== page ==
If your blood counts are low or your electrolyte levels are imbalanced, most healthcare providers wont recommend exercising because you could put yourself at risk for further harm.

    Also, your healthcare provider may recommend avoiding public places, like gyms, because of your risk for germ exposure.

    Safety is always a concern when you have stage 4 breast cancer. Bleeding and risks of injury are important considerations.

    Some women experience balance and foot numbness problems due to their treatments and fatigue. If this is the case, its best to do exercises that put you at less risk for falls. An example could be riding a stationary bicycle instead of running on a treadmill.

    There might not be a direct link between exercise and stage 4 breast cancer survival rates, but you can reap other benefits from regular exercise.

    For example, it may help you:

    • lose excess body fat
    • improve your quality of life
    • reduce side effects from treatment

    What Treatments Are Used For Metastatic Cancer

    Stage 4 Breast Cancer Survival Rate By Age

    Metastatic cancer may be treated with chemotherapy, biological therapy, targeted therapy, hormonal therapy, radiation therapy, surgery, or a combination of these treatments.

    The choice of treatment generally depends on the type of primary cancer the size, location, and the number of metastatic tumors. Also, the patients age and general health and the types of treatment the patient has had in the past.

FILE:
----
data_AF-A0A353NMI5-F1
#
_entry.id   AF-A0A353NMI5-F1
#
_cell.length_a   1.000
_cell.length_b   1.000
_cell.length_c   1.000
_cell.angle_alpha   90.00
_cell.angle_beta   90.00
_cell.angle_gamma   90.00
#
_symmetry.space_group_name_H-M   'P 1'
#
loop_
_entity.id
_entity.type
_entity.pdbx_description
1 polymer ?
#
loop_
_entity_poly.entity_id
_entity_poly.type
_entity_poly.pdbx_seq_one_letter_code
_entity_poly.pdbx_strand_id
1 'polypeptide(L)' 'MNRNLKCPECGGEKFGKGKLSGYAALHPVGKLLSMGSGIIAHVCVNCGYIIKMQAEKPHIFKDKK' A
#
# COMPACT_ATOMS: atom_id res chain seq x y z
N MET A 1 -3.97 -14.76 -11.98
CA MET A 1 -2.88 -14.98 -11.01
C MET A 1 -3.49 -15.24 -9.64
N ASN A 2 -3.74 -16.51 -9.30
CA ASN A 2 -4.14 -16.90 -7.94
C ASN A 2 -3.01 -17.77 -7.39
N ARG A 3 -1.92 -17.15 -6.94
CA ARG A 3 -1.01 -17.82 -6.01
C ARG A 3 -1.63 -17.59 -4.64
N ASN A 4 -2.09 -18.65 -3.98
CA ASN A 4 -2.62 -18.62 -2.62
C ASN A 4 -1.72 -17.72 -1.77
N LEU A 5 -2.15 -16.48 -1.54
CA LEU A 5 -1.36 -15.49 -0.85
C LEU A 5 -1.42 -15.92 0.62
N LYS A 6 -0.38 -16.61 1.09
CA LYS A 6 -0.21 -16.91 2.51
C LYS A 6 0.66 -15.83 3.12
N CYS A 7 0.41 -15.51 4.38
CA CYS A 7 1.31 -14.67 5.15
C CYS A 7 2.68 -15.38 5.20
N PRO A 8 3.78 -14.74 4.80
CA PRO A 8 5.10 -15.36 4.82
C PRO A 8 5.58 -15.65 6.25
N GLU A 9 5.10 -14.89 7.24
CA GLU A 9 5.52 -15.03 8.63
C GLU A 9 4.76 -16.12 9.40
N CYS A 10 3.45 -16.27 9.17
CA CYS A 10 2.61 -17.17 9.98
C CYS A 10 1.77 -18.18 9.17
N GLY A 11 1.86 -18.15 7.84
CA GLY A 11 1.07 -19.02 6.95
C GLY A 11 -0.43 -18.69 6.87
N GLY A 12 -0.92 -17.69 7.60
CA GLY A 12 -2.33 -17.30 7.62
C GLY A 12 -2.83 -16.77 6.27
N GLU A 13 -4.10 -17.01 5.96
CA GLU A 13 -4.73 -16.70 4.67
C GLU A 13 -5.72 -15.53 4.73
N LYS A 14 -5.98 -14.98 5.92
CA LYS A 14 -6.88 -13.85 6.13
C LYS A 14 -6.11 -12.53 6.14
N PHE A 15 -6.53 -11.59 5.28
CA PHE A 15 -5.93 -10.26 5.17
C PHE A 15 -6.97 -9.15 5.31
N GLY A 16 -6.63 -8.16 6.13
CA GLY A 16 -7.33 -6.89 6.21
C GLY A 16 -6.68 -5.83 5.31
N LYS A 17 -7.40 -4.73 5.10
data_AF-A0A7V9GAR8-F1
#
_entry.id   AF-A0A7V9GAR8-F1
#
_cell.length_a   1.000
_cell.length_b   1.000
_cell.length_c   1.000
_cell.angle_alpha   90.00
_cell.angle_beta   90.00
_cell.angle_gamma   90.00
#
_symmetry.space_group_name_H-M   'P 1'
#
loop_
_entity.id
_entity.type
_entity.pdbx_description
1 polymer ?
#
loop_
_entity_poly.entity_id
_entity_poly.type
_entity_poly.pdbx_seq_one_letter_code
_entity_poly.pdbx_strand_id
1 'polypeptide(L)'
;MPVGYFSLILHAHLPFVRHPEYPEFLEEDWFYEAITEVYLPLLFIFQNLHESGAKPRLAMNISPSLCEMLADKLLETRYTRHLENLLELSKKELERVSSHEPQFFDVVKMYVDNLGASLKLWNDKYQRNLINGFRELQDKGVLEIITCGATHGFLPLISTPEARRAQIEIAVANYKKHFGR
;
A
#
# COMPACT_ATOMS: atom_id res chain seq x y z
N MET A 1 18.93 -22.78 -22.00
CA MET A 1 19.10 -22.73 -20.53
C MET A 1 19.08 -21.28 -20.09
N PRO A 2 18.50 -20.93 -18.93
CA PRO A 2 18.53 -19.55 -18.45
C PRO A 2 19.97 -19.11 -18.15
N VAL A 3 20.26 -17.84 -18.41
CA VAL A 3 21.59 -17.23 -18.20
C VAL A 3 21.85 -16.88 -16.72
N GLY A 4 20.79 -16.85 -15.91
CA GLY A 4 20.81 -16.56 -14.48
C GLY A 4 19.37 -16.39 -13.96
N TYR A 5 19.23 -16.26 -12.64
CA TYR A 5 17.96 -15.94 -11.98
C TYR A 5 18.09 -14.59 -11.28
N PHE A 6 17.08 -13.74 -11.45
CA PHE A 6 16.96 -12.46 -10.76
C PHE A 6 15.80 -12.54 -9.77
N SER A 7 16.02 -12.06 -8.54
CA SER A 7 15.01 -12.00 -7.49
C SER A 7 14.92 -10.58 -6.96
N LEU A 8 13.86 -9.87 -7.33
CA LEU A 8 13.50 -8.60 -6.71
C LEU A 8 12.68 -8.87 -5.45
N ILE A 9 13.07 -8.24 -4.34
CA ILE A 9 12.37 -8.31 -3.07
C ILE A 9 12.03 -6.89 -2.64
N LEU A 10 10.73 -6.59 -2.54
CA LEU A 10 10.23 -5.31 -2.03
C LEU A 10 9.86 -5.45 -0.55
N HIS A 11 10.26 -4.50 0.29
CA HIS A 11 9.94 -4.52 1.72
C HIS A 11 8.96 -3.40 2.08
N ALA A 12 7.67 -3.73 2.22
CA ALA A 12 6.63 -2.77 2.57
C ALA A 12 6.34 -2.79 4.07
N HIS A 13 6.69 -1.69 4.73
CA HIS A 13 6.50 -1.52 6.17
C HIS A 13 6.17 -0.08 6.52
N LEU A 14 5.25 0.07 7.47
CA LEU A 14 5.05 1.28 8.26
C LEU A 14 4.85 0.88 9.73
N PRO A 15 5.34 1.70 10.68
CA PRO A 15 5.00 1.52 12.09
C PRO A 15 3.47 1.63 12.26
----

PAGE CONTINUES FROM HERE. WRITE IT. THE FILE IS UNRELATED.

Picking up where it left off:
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    Expert Review And References

    • American Cancer Society. Breast Cancer. 2015: .
    • de Boer M, van Dijck JA, Bult P, Borm GF, Tjan-Heijnen VC. Breast cancer prognosis and occult lymph node metastases, isolated tumor cells, and micrometastases. Journal of the National Cancer Institute. Oxford University Press 2010.
    • Lonning PE. Breast cancer prognostication and prediction: are we making progress?. Annals of Oncology. Oxford: Oxford University Press 2007.
    • Morrow M, Burstein HJ, and Harris JR. Malignant tumors of the breast. DeVita VT Jr, Lawrence TS, & Rosenberg SA. Cancer: Principles and Practice of Oncology. 10th ed. Philadelphia: Wolters Kluwer Health/Lippincott Williams & Wilkins 2015: 79: 1117-1156.
    • Tripathy D, Eskenazi LB, Goodson, WH, et al. Breast. Ko, A. H., Dollinger, M., & Rosenbaum, E. Everyone’s Guide to Cancer Therapy: How Cancer is Diagnosed, Treated and Managed Day to Day. 5th ed. Kansas City: Andrews McMeel Publishing 2008: pp. 473-514.